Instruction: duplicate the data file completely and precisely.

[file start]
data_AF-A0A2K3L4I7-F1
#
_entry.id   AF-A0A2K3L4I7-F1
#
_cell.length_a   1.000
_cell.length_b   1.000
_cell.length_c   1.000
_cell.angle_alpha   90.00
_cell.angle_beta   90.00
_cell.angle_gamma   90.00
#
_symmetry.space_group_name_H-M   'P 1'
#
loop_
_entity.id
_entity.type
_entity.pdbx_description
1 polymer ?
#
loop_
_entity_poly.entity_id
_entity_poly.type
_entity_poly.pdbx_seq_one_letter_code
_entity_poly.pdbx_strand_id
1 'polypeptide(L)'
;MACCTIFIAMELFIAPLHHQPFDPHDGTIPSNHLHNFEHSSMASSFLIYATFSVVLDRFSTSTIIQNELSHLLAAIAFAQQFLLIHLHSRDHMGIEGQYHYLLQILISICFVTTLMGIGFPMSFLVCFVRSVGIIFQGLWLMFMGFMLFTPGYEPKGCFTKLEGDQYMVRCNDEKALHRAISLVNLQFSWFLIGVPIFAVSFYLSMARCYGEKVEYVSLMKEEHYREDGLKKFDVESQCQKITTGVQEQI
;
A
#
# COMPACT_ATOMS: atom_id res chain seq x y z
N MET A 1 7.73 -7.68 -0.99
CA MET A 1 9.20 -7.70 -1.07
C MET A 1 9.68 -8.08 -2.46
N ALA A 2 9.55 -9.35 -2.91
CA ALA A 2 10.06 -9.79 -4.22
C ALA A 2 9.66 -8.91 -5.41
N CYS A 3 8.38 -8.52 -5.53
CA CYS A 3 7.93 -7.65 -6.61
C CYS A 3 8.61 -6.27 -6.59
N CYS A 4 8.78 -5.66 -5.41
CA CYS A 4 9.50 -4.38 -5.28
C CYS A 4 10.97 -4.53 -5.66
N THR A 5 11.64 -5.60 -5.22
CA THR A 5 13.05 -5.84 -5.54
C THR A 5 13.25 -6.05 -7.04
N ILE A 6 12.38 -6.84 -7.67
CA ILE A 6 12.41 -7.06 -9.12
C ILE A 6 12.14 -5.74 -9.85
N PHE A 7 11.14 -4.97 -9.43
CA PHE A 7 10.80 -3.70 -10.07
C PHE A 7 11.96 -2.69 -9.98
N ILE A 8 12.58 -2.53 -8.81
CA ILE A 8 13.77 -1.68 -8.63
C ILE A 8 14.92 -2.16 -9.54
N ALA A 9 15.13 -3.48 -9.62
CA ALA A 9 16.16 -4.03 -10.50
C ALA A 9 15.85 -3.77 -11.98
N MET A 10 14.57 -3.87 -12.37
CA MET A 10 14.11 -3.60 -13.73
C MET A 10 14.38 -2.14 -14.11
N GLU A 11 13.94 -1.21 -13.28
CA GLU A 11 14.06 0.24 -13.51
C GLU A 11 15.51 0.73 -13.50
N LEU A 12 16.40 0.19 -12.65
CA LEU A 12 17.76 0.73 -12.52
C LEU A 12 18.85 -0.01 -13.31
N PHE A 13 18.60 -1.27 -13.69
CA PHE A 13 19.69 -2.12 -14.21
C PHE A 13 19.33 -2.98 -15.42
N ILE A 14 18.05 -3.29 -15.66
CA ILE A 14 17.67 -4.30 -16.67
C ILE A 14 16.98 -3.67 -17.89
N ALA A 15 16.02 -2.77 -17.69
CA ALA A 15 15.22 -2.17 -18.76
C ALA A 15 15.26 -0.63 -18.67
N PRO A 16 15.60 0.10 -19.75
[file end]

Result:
data_AF-A0A2K3L4I7-F1
#
_entry.id   AF-A0A2K3L4I7-F1
#
_cell.length_a   1.000
_cell.length_b   1.000
_cell.length_c   1.000
_cell.angle_alpha   90.00
_cell.angle_beta   90.00
_cell.angle_gamma   90.00
#
_symmetry.space_group_name_H-M   'P 1'
#
loop_
_entity.id
_entity.type
_entity.pdbx_description
1 polymer ?
#
loop_
_entity_poly.entity_id
_entity_poly.type
_entity_poly.pdbx_seq_one_letter_code
_entity_poly.pdbx_strand_id
1 'polypeptide(L)'
;MACCTIFIAMELFIAPLHHQPFDPHDGTIPSNHLHNFEHSSMASSFLIYATFSVVLDRFSTSTIIQNELSHLLAAIAFAQQFLLIHLHSRDHMGIEGQYHYLLQILISICFVTTLMGIGFPMSFLVCFVRSVGIIFQGLWLMFMGFMLFTPGYEPKGCFTKLEGDQYMVRCNDEKALHRAISLVNLQFSWFLIGVPIFAVSFYLSMARCYGEKVEYVSLMKEEHYREDGLKKFDVESQCQKITTGVQEQI
;
A
#
# COMPACT_ATOMS: atom_id res chain seq x y z
N MET A 1 7.73 -7.68 -0.99
CA MET A 1 9.20 -7.70 -1.07
C MET A 1 9.68 -8.08 -2.46
N ALA A 2 9.55 -9.35 -2.91
CA ALA A 2 10.06 -9.79 -4.22
C ALA A 2 9.66 -8.91 -5.41
N CYS A 3 8.38 -8.52 -5.53
CA CYS A 3 7.93 -7.65 -6.61
C CYS A 3 8.61 -6.27 -6.59
N CYS A 4 8.78 -5.66 -5.41
CA CYS A 4 9.50 -4.38 -5.28
C CYS A 4 10.97 -4.53 -5.66
N THR A 5 11.64 -5.60 -5.22
CA THR A 5 13.05 -5.84 -5.54
C THR A 5 13.25 -6.05 -7.04
N ILE A 6 12.38 -6.84 -7.67
CA ILE A 6 12.41 -7.06 -9.12
C ILE A 6 12.14 -5.74 -9.85
N PHE A 7 11.14 -4.97 -9.43
CA PHE A 7 10.80 -3.70 -10.07
C PHE A 7 11.96 -2.69 -9.98
N ILE A 8 12.58 -2.53 -8.81
CA ILE A 8 13.77 -1.68 -8.63
C ILE A 8 14.92 -2.16 -9.54
N ALA A 9 15.13 -3.48 -9.62
CA ALA A 9 16.16 -4.03 -10.50
C ALA A 9 15.85 -3.77 -11.98
N MET A 10 14.57 -3.87 -12.37
CA MET A 10 14.11 -3.60 -13.73
C MET A 10 14.38 -2.14 -14.11
N GLU A 11 13.94 -1.21 -13.28
CA GLU A 11 14.06 0.24 -13.51
C GLU A 11 15.51 0.73 -13.50
N LEU A 12 16.40 0.19 -12.65
CA LEU A 12 17.76 0.73 -12.52
C LEU A 12 18.85 -0.01 -13.31
N PHE A 13 18.60 -1.27 -13.69
CA PHE A 13 19.69 -2.12 -14.21
C PHE A 13 19.33 -2.98 -15.42
N ILE A 14 18.05 -3.29 -15.66
CA ILE A 14 17.67 -4.30 -16.67
C ILE A 14 16.98 -3.67 -17.89
N ALA A 15 16.02 -2.77 -17.69
CA ALA A 15 15.22 -2.17 -18.76
C ALA A 15 15.26 -0.63 -18.67
N PRO A 16 15.60 0.10 -19.75